"...let the children of Zion
rejoice in their King.
Let them praise His name with
dancing with drums and harp, let them make music
to Him..."

Tehillim 149:2

Why Study Music

Music as a form of communication

Music is a basic form of human expression which goes beyond spoken language.  Before babies can form words or even understand language, they can already recognize a familiar tune, express interest when music is played and even replicate simple melodic patterns. 

EFFECTS of INSTRUMENTAL STUDY on the BRAIN

The BRAIN of a person who pays an instrument is DIFFERENT from the brain of a non-musician. There is more grey matter in regions responsible for sensory-motor, language development, auditory discrimination. Brain WIRING CHANGES in response to musical training because students are taught to:

  1. Focus for extended periods of time
  2. Decode complex symbolic system (music notation)
  3. Translate the code (music notation) into motor patterns
  4. Store large pieces of information in working memory where it can be easily retrieved for playing
  5. Engage both sides of the brain “simultaneously” as both hands perform complex motor patterns at the same time
  6. Look for and recognize patterns in music

Ordinary experiences are enhanced by music

Many physical or emotional experiences are intensified and deepened by music. Walking turns into marching with the drum’s steady beat, falling asleep is sweeter with a soothing lullaby, tefillah gains passion when sung.  Whether it is an orchestra, or a group of children sharing a song, music has an immediate unifying effect on the most diverse group of individuals.   

Music as a tool for teaching

Music has long been used as a teaching tool to achieve goals beyond the sheer enjoyment of it.  Children are naturally “wired” for music. Recent research shows that the study of music promotes the development of the brain areas involved in language and reasoning.  Children can focus on musical activities longer and more intensely, they readily absorb information presented in a musical context.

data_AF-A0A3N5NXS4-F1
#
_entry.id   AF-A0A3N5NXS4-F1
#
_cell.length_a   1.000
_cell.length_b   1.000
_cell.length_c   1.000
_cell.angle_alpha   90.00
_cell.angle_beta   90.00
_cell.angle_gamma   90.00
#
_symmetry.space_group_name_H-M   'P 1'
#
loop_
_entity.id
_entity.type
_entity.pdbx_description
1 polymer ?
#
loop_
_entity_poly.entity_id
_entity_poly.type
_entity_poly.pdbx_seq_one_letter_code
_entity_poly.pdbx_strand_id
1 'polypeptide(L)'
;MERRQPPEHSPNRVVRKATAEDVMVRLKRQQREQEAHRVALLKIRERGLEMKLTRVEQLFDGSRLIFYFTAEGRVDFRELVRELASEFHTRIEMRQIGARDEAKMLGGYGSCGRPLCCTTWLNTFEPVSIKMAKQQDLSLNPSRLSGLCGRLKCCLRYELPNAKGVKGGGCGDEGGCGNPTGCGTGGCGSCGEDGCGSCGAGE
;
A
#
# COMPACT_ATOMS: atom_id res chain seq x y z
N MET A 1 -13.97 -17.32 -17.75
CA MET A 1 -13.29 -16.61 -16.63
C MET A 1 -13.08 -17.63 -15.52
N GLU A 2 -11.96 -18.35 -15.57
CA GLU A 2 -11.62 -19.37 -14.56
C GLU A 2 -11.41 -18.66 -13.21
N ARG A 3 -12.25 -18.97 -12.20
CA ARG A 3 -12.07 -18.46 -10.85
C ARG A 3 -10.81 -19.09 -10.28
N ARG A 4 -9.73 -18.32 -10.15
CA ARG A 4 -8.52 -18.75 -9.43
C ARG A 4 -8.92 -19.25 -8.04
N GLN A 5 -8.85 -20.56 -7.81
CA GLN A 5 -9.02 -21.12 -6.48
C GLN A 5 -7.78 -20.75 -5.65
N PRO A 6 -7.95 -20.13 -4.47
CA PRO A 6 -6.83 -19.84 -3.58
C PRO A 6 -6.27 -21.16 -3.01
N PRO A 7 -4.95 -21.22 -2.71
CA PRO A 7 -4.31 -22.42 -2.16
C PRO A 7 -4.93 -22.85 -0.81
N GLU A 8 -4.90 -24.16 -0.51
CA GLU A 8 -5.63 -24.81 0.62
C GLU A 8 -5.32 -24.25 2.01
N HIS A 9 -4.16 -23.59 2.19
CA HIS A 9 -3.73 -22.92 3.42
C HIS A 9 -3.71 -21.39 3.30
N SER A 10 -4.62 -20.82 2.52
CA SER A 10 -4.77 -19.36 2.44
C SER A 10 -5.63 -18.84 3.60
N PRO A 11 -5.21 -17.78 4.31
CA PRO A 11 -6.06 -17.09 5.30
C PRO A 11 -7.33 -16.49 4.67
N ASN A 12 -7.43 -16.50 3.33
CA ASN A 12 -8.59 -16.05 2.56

Spatial intelligence

There is also a relationship between music study and spatial intelligence – the ability to form mental images and visualize the way details come together to form a coherent whole.  Spatial intelligence is involved in tasks ranging from understanding abstract mathematical problems to packing a backpack with all the items needed for the day.

Early ensemble in the context of group music-making does not only promote social interaction but allows each child to focus on the big picture as well as on the part they play in it.  Even very young children stay alert to make sure they come in on cue and play on the beat.

The study of a musical instrument

Learning to play an instrument has far-reaching effects on developing positive character traits such as perseverance, commitment, time-management, and personal discipline.  It is remarkable, how many details in posture and playing technique children learn to focus on as they play.  When it all comes together and they are able to play a musical piece with ease, they know they DID IT!   Every time these children tackle a life challenge they can mentally go back to this personal victory and build upon it.  There is nothing more empowering for a child than taking on a challenge and gradually overcoming it through consistent effort. 

Process vs. Product

Learning a musical instrument is a complex, multi-step process where children maintain their focus on multiple tasks simultaneously, store steps in working memory and learn new musical patterns at the same time.  In playing the violin each hand is engaged in a different activity, which stimulates both sides of the brain at once.

Regardless of the final product or the ultimate achievement, it is the process of instrument study itself, which supports optimal cognitive development and gives a child the opportunity to develop the awareness and the skills used in all areas of life.